Overall: A bit of anticlimax. I really don’t know what I expected from this beer which makes it harder to say why didn’t like it. As a specialty lager it sets itself high standards in quality that are worth the extra pennies, but for me it really isn’t worth getting excited over at all. I can acknowledge why the idea of an extra malty beer is appealing but you really need to keep some over flavours with it otherwise it’s just bland. But give it it’s due this beer is brave enough to try something out of the ordinary and whilst I don’t think I’ll choose to have it again it definitely has it’s supports. Also I think this beer’s blandness might actually be it’s strongest asset if you are pairing it food or something and I can also think of lot worse tasting lagers. But it is not for me (https://beerpoetic.wordpress.com/2015/10/14/peroni-gran-riserva-doppio-malto/).

Peroni Gran Riserva Doppio Malto
Brewed by Birra Peroni Industriale (SABMiller)
Style: Heller Bock
Roma, Italy
Serve in Dimpled mug, Stein
ABV: 6.6%
COMMERCIAL DESCRIPTION
An excellent beer emerges from the great Peroni tradition - PERONI GRAN RISERVA. A prestigious clear double malt beer with an alcohol content of 6.6%: this beer is the result of a careful, scrupulous selection of the most noble qualities of aromatic hops, yeast and a spring variety of distichous barley named "cherie". Ingredients are chosen with great attention and the experience of long-standing brewers (www.ratebeer.com/beer/peroni-gran-riserva-doppio-malto/7976/).

L_Lovecraft (284) - - OCT 7, 2016
Malty, golden with a good white head, light body, medium carbonation, not too bitter, a bit watery...not so terrible  (www.ratebeer.com/beer/peroni-gran-riserva-doppio-malto/7976/). 

slowrunner77 (10350) - Reno, Nevada, USA - OCT 6, 2016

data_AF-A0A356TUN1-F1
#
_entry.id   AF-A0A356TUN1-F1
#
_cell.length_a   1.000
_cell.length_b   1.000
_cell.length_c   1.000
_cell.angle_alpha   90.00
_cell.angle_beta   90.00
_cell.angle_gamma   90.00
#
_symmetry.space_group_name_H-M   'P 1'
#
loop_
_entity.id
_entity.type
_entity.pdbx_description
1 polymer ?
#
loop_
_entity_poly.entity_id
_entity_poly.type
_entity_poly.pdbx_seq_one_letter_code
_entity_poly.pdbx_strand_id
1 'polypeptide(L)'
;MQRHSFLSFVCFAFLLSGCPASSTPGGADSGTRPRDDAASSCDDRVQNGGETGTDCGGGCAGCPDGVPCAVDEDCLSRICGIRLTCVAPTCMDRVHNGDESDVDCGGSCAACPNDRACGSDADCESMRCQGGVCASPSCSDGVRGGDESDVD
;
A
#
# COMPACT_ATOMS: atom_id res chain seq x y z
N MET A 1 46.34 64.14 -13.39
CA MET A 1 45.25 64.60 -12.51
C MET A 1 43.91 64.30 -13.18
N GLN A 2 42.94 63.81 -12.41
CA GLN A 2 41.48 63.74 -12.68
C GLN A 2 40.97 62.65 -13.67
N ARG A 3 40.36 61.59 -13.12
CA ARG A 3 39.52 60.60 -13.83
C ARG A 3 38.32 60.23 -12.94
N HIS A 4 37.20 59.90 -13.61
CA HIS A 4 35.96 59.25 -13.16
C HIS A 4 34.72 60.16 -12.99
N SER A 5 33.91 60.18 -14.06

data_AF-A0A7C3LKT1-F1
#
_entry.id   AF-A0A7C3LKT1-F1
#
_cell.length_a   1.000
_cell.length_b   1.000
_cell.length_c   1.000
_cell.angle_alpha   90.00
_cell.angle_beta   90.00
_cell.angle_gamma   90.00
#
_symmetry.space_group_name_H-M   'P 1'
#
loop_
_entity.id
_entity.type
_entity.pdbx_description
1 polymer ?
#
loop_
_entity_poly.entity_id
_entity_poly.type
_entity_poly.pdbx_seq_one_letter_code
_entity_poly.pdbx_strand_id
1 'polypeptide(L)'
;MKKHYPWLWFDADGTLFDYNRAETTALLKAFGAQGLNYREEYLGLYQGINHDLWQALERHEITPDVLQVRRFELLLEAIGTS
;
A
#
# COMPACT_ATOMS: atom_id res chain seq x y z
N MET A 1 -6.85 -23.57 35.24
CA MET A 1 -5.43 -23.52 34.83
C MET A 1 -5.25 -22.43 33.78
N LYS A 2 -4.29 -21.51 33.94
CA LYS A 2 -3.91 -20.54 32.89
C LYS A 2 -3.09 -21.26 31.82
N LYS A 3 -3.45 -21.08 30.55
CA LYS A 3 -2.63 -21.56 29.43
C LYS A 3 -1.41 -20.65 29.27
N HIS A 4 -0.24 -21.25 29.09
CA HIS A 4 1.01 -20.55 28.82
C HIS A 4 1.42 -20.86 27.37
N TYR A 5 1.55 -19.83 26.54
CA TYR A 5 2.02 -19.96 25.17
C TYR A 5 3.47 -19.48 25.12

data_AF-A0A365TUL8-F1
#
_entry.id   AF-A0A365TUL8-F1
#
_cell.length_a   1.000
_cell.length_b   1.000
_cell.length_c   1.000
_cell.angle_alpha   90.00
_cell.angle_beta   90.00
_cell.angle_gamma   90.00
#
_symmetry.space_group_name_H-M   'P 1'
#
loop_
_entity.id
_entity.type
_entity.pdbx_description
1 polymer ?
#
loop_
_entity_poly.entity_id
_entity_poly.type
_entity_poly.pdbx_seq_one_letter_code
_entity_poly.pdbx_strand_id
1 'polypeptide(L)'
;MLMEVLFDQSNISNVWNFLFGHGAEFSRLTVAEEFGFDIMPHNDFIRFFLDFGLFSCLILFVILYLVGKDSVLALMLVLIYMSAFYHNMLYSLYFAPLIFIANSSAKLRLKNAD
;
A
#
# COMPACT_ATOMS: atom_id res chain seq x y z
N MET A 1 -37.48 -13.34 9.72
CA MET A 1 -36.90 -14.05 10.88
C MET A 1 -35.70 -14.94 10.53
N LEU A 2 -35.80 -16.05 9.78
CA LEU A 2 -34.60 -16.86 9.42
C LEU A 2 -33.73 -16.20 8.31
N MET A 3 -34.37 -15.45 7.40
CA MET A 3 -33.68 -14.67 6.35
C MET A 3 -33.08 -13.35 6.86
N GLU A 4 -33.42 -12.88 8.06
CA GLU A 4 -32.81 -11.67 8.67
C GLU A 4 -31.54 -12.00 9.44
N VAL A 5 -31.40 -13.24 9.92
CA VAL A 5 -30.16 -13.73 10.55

caramel & toffee nose with a flavor to match, with a little sweet bread and alcohol in there as well. Decent  (www.ratebeer.com/beer/peroni-gran-riserva-doppio-malto/7976/). 

nybol (1485) - DENMARK - SEP 25, 2016
En noget maltet øl. Ikke kornsmag men mere smag af sødmen i malten. Der anes kun lidt humle  (www.ratebeer.com/beer/peroni-gran-riserva-doppio-malto/7976/). 

triskaideka (367) - Killarney, IRELAND - SEP 20, 2016
Pours amber - head disperses quickly. Alcohol is noticeable - caramel/toffee quiet sweetness. Not bad  (www.ratebeer.com/beer/peroni-gran-riserva-doppio-malto/7976/). 

cagou007 (1070) - FRANCE - JUL 23, 2016
Pours golden with thin white head. Nose is malty. Aromas are sweet malts, herbal and fruity hops. Average carbonation, medium body. Medium sweet and fruity finish  (www.ratebeer.com/beer/peroni-gran-riserva-doppio-malto/7976/).

Review and Tasting Sampled on 02/11/2013
Appearance
Clear coppery amber with thin but lasting white head.
Aroma
Caramel and toffee malty nose.
Taste
Medium bodied, malty and toasty with a light hoppiness. Very slight toffee sweetness with strong alcohol adding necessary bite.
Aftertaste
Lingering malty caramel. Filling and satisfying rather than refreshing. An Italian beer with balls if not great depth of flavour (www.diffordsguide.com/beer-wine-spirits/beer-cider-and-perry/lager-bottom-fermented/BWS000638/peroni-gran-riserva).

A prestigious clear double malt beer with an alcohol content of 6.6%. This beer is the result of a careful, scrupulous selection of the most noble qualities of aromatic hops, yeast and a spring variety of distichous barley named Cherie.
Product Detail
Varietal Full Strength Beer
Brand Name Peroni Gran Riserva
Liquor Style Lager
Size 500mL
Vintage Non Vintage
Alcohol Volume 6.6%
(www.danmurphys.com.au/product/DM_ER_1000004677_PGR-DM/peroni-gran-riserva-doppio-malto.jsp;jsessionid=D029F58FD025245391E473B699B81EE2.ncdlmorasp1303?bmUID=lxFOJ3V)

An excellent beer emerges from the great Peroni tradition - Peroni Gran Riserva. A prestigious clear double malt beer with an alcohol content of 6.6%, this beer is the result of a careful, scrupulous selection of the most noble qualities of aromatic hops, yeast and a spring variety of distichous barley named "cherie". Ingredients are chosen with great attention and the experience of long-standing brewers. One of my favourite beers (www.jimscellars.com.au/_product/view-product/peroni-doppio-malto-gran-reserva-500ml?id=3b1dbb44f6cf2627517fd7109febb925).